"It hadn't snowed up here for about three weeks so it was icy," said Seth Benson, one of Cavalli's best friends in high school, who attends University of Nevada in Reno. "His first run of the day he was doing some jumps. There was way too much speed. He hit extremely hard on the ice."
Jordan Little, a junior at Amador Valley High, was one of the three teens who accompanied Cavalli on the snowboarding trip. He and Chris Hewitt of Pleasanton picked up Cavalli and Ben Holmquist at UC Davis, where they are freshmen.
"We got there at 8-8:30 and were on the first run by 9:15," Little recalled.
The run had five jumps. They all completed four and Cavalli went ahead on the last jump, which was 40 feet long.
"Ben said, 'This one's kind of big. I don't know if we should do it,'" Little remembered. They snowboarded around it and saw that Cavalli had overshot the landing ramp and was lying in the snow, injured. He'd landed on his side, headfirst. The end of his snowboard was snapped off.
"Chris is in EMT school. He sent me to get help and sent Ben up so no one else would do the jump," Little said.
Little notified someone around the bend who was grooming the snow, and by the time he returned to the spot, Cavalli was being loaded on a sled.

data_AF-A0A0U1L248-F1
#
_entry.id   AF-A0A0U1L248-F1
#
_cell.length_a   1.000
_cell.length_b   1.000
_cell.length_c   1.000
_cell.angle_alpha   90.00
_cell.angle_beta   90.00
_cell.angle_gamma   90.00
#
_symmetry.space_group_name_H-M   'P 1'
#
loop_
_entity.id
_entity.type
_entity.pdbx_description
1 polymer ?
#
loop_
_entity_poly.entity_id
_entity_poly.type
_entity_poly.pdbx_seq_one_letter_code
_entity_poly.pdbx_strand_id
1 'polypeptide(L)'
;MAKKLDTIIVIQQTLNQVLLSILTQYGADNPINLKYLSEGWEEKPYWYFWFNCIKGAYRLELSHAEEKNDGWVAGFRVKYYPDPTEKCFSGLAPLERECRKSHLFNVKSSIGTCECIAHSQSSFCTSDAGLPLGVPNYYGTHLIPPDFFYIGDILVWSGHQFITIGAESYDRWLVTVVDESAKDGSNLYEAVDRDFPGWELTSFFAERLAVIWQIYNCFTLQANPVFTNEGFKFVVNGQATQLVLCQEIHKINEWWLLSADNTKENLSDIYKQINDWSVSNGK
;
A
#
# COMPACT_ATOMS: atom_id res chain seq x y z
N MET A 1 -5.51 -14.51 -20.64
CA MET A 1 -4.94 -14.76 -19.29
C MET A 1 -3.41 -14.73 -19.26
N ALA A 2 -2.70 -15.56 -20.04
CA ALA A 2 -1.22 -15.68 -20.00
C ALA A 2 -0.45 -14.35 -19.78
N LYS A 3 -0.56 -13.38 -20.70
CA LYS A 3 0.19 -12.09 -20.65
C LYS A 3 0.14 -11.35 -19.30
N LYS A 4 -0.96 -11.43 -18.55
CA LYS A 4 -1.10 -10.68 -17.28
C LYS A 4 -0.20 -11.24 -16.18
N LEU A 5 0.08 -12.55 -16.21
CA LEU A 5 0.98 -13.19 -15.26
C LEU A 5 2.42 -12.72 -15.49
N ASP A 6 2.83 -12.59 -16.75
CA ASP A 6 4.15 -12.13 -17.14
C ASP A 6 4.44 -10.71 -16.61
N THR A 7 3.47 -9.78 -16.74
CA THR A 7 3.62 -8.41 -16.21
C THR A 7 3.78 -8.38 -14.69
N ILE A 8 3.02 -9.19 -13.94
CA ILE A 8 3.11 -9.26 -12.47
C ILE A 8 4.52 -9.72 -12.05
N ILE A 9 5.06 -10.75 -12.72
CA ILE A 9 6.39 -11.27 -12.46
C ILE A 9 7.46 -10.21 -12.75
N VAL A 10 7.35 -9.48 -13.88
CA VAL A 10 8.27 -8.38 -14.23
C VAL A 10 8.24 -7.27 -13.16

"Chris said eight ski patrol were there within a minute," Little said.
At the lodge, they'd already roped off a spot for the helicopter to land to transport Cavalli to the hospital.
In addition to the aorta tear and the broken collarbone, Cavalli suffered cracked vertebrae in his neck, two chipped vertebrae in his lower back, damage to his liver, spleen, lungs and kidney, and a blood clot in his forehead, said Benson. Cavalli underwent surgery Tuesday to repair his collarbone.
Family and friends continue to travel to the hospital as Cavalli recovers from his surgeries, and Benson said Wednesday that he's been responsive and communicating. His sister Mikaela immediately flew in from graduate school in Washington, D.C., to be with Eric and their parents, Mike and JoAnn Cavalli of Pleasanton.
An outpouring of best wishes and concern have been posted on a special Facebook page his friends started.
"I cannot thank you all enough for your love, support and prayers for our son," JoAnn Cavalli posted on the site several days after the accident. "I'm sorry that it's taken so long for Mike and I to get to a computer to send out our thanks."
Friends at UC Davis have purchased 1,600 bracelets to sell for $1 each to raise money to help defray medical expenses.
"His parents are appreciative of people messaging and texting him and for the wristbands," Benson said.
Mail can be sent to Cavalli via at the following address:
Seth Benson, Attn: Eric Cavalli
P.O. Box 8712
Reno, NV 89507
The Eric Cavalli Recovery Trust Fund can accept donations at this address also or via PayPal by writing in email@example.com. Check off Personal or Gift so that a percentage isn't taken by PayPal.